Professor Wayne Hall and others write:
Over the past ten years, a substantial minority of cigarette smokers in many countries have turned to electronic (e-) cigarettes in an attempt to quit smoking or as an alternative to smoking some or all of the time. In 2013 around 600,000 Australian smokers had tried e-cigarettes, while there are currently around 2.6 million e-cigarette users in Great Britain.
These devices avoid burning tobacco and don’t produce smoke, tar and particulate matter. Instead they use an electronic system to produce a mist containing nicotine and propylene glycol and/or vegetable glycerine that can be inhaled much like tobacco smoke to deliver nicotine to the lungs.
But Australia has banned the sale of e-cigarettes containing nicotine. Nicotine can only be imported for use in vaporisers on a medical prescription, but a spokesperson for the Royal Australasian College of Physicians would like to ban this too.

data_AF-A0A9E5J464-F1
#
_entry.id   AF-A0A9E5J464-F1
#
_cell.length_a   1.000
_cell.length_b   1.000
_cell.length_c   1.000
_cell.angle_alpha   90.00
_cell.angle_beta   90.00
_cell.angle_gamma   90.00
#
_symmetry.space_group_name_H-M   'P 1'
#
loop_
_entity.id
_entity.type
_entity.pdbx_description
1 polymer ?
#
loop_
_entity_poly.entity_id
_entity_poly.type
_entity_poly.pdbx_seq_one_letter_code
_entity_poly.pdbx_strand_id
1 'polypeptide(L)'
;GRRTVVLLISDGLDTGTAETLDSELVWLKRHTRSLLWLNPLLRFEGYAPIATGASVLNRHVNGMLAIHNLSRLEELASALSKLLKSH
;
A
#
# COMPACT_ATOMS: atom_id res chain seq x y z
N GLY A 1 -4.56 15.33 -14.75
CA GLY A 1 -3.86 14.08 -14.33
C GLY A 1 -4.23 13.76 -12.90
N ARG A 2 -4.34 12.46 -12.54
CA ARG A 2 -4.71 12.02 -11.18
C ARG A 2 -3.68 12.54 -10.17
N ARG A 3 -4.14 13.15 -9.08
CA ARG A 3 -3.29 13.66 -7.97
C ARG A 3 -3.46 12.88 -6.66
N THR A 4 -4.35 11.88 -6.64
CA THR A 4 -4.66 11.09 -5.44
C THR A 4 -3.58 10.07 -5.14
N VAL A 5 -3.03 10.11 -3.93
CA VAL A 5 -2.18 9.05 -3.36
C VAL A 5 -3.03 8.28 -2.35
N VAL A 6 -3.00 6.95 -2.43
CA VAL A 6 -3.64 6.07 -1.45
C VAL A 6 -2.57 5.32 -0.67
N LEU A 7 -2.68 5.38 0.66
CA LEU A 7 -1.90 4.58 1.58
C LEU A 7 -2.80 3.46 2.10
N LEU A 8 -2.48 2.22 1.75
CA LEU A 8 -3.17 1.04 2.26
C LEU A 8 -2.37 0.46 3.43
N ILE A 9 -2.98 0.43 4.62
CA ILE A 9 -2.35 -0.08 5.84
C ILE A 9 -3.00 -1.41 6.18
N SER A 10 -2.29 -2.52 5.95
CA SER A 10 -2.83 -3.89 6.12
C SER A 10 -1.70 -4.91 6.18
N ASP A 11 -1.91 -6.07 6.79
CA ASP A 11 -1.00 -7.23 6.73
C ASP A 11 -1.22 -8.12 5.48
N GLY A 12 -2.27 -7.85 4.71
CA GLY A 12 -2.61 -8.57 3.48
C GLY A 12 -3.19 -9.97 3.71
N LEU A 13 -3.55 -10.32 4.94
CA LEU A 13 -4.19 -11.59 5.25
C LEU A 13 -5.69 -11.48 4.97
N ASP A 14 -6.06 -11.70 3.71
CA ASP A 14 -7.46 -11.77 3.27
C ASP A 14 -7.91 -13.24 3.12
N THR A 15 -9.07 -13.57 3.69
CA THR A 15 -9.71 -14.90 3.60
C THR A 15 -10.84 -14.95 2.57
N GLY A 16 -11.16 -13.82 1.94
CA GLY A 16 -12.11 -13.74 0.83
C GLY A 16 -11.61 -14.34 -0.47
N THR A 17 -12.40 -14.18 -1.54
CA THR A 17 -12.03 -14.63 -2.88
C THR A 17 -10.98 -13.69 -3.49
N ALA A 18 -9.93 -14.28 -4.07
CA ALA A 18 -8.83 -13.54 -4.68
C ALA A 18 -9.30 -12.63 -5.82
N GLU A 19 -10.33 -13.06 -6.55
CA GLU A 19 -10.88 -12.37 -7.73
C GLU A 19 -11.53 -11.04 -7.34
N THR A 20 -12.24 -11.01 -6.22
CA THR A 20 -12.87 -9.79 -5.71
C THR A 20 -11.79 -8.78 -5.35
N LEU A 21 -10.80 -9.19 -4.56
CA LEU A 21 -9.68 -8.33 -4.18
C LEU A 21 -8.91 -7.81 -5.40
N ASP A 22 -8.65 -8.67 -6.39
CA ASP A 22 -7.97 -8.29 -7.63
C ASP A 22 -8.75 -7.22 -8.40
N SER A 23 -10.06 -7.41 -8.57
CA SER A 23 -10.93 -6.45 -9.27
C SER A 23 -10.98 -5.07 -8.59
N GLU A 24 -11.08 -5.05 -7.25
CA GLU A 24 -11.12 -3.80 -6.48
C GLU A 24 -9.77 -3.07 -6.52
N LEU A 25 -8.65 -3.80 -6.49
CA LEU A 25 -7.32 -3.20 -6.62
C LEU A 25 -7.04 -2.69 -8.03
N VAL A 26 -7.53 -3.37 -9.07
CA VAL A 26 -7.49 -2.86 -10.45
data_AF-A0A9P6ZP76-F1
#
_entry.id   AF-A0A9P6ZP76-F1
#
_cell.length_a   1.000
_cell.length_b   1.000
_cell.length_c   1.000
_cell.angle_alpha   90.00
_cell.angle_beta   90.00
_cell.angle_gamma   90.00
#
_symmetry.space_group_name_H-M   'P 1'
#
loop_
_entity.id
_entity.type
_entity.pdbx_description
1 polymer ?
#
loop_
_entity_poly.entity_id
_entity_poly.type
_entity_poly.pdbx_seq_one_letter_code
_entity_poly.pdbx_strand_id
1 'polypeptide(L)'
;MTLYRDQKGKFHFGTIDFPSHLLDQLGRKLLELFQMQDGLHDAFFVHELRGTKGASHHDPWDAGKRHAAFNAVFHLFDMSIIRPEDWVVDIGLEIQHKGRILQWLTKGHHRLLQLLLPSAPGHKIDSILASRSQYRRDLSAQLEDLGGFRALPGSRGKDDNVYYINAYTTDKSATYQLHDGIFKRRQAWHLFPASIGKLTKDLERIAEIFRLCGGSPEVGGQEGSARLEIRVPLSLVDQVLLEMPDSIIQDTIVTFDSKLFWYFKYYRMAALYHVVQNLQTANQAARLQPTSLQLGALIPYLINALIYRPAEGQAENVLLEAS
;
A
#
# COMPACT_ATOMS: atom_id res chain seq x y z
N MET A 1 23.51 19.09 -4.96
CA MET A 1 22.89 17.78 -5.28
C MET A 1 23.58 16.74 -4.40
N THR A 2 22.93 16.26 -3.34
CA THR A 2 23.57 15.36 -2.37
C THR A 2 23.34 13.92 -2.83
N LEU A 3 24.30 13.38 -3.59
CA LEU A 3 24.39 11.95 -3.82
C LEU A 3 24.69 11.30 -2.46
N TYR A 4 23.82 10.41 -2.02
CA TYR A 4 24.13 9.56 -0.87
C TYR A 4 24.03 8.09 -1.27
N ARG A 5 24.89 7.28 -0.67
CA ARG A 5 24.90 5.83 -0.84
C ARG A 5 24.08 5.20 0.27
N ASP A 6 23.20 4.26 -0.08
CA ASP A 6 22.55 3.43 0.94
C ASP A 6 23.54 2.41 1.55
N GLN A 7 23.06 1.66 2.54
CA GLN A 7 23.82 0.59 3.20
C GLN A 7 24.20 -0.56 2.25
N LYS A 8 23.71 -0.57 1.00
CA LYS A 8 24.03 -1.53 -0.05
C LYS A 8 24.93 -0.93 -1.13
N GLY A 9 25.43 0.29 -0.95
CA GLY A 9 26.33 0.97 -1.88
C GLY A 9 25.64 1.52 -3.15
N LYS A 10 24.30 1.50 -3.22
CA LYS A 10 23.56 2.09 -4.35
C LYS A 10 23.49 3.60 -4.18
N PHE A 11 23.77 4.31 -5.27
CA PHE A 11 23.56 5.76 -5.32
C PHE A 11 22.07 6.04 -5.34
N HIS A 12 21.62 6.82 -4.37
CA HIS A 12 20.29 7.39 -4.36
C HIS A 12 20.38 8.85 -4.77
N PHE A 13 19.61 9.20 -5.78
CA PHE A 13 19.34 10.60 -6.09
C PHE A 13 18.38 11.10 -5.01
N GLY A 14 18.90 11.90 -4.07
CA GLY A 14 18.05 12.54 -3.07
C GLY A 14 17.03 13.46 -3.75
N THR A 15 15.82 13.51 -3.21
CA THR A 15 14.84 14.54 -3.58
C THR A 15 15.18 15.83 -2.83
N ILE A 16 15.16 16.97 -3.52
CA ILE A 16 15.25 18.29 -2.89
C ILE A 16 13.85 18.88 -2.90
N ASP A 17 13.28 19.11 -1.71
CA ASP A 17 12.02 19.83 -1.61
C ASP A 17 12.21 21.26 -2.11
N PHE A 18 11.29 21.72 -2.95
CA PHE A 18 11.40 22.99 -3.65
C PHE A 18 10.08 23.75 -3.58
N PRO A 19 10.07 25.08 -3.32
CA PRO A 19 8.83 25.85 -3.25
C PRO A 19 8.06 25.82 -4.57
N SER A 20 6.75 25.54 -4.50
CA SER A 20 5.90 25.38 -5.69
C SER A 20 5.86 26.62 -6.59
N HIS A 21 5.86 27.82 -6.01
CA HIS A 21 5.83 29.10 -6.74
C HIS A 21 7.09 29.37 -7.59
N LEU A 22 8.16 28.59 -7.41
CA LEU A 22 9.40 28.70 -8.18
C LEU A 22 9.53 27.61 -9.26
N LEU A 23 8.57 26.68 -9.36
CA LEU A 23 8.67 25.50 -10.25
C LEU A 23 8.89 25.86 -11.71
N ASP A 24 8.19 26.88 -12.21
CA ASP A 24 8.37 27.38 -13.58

The sale is banned in NZ also.
As we argue in the recent edition of the journal Addiction, the ban on e-cigarettes is ethically questionable. It’s a paternalistic policy that denies adult smokers the right to use a less harmful form of nicotine.
Banning a less harmful product (e-cigarettes) while allowing the most harmful (tobacco cigarettes) to be freely sold is an incoherent form of risk regulation. It also disadvantages smokers who may have difficulty quitting but want to reduce the risks of smoking.
To be blunt it is fucking stupid.
We oppose laissez faire policies towards e-cigarettes because they may increase the risks that have motivated the ban – dual use by smokers, uptake by minors, and re-normalising smoking. But there is another more ethically acceptable policy option: allowing e-cigarettes to be sold to smokers, while using tight regulation to minimise adverse outcomes.
We propose allowing adult smokers to buy approved e-cigarette products from a restricted number of licensed sales outlets. Any promotional material for these products could be restricted to information supplied to smokers purchasing these products.
A sensible compromise – regulated sales rather than a ban.